Predictive Maintainance using LSTM -Application based on IIoT

Photo by Al Boardman


Among the deep learning methods, Long Short Term Memory (LSTM) networks are especially appealing to the predictive maintenance domain due to the fact that they are very good at learning from sequences. In this article, we try to build an LSTM network in order to predict the remaining useful life of aircraft engines. The network uses simulated aircraft sensor values to predict when an aircraft engine will fail in the future so that maintenance can be planned in advance.

The first line of code!

Data Summary

In the Dataset directory, there are the training, test, and ground truth datasets. The training data consists of multiple multivariate time series with “cycle” as the time unit, together with 21 sensor readings for each cycle. Each time series can be assumed as being generated from a different engine of the same type. The testing data has the same data schema as the training data. The only difference is that the data does not indicate when the failure occurs. Finally, the ground truth data provides the number of remaining working cycles for the engines in the testing data.

>Training Dataset

>Test Dataset

>Ground Truth Dataset

Data Preprocessing

In the data preprocessing part, we generate for the training data which are Remaining Useful Life (RUL), label1, and label2. Also“label1” is basically used for binary classification.

For creating the test data, we will first normalize the parameters from the MinMax normalization applied to the training data.

Next, we use the ground truth dataset to generate labels for the test data.


LSTM layers expect input in the shape of a NumPy array of 3 dimensions (samples, time steps, features) where samples are the number of training sequences, time steps is the lookback window, or sequence length and features is the number of features of each sequence at each time step.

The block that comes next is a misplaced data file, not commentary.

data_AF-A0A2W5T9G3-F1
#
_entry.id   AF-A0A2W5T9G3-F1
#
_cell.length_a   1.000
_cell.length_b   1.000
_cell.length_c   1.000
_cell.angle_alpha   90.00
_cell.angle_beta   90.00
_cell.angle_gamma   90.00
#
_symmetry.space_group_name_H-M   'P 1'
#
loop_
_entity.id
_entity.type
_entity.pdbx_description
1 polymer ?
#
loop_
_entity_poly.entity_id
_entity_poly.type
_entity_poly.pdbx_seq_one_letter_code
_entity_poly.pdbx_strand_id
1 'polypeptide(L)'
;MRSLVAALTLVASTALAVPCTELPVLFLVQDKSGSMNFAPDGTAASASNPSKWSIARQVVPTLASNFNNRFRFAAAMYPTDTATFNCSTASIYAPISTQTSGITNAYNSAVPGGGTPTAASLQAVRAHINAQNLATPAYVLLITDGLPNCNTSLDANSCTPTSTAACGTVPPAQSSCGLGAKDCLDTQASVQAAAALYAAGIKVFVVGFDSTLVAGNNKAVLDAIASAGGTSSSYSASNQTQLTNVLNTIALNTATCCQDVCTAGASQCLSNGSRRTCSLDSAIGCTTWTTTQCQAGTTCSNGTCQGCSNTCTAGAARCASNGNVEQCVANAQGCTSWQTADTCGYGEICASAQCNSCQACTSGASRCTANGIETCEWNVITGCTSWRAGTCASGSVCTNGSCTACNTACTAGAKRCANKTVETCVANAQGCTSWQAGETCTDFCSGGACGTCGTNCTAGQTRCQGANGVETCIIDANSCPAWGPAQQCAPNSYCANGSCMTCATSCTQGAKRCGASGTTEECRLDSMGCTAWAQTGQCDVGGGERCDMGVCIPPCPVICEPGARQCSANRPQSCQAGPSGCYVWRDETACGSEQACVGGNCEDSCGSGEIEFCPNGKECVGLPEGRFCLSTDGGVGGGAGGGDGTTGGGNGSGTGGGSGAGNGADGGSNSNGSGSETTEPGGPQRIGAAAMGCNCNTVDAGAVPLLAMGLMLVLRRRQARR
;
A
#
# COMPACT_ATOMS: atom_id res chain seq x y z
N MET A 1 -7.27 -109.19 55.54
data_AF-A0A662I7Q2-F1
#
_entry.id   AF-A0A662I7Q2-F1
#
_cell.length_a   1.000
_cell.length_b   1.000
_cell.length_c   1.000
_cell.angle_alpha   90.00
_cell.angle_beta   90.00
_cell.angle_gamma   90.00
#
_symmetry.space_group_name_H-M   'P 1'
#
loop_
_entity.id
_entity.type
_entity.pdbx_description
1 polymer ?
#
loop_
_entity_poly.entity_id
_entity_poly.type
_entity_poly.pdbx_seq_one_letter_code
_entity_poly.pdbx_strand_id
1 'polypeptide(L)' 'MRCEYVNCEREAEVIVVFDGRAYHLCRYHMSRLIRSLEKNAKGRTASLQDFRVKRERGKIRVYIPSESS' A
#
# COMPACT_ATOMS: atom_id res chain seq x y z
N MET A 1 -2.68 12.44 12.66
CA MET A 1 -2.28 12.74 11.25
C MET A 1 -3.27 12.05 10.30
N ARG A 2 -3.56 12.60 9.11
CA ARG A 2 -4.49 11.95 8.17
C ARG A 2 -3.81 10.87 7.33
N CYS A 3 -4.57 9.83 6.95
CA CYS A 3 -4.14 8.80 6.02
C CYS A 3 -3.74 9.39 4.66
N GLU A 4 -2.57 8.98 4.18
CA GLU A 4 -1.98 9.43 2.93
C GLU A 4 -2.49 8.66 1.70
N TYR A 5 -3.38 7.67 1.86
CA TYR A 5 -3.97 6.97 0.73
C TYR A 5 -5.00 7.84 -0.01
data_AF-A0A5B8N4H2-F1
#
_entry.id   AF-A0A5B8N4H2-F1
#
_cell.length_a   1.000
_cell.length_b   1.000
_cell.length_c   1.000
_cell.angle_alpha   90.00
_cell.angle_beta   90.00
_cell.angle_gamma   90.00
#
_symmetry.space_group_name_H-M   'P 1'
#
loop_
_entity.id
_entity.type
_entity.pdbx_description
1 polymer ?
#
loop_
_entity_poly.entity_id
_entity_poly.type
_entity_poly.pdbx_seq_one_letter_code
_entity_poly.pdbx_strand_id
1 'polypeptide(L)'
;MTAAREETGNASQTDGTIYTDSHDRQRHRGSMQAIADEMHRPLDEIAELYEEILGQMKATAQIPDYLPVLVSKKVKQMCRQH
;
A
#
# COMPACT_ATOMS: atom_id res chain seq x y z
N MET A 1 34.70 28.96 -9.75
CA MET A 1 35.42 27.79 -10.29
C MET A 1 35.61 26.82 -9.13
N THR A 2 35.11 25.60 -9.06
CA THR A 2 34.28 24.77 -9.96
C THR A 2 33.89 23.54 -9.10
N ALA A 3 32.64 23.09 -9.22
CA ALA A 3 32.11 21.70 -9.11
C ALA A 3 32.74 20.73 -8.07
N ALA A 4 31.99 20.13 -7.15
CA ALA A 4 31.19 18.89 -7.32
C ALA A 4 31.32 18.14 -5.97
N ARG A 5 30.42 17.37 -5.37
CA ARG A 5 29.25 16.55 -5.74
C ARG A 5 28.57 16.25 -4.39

The next obvious step is to write a function to generate labels!

Creating LSTM Network

This is the time we build a deep network. The first layer is an LSTM layer with 100 units followed by another LSTM layer with 50 units. Dropout is also applied after each LSTM layer to control overfitting. The final layer is a Dense output layer with a single unit and sigmoid activation since this is a binary classification problem.

The model somewhat looks like :

Training the model

At this stage, we would train the Neural network for 100 Epochs with early stopping, monitoring the validation loss with the patience of 10.

The loss function specially used in this model is ‘binary_crossentropy’ along with an ‘Adam optimizer’ with it.

> Accuracy Curve for the model

The training accuracy obtained is 98.32%

Model testing

Finally, we look at the performance on the test data. Only the last cycle data for each engine id in the test data is kept for testing purposes.

We have to pick up labels and create test matrics in order to compute the test accuracy!

The accuracy printed while testing the model is 96.77% approx.

Compiling with deepC:

To bring the saved model on MCU, install deepC— an open-source, vendor-independent deep learning library cum compiler and inference framework, for microcomputers and micro-controllers.

Here’s the link to the complete notebook:

Credits: Umberto Griffo

Written by: Sanlap Dutta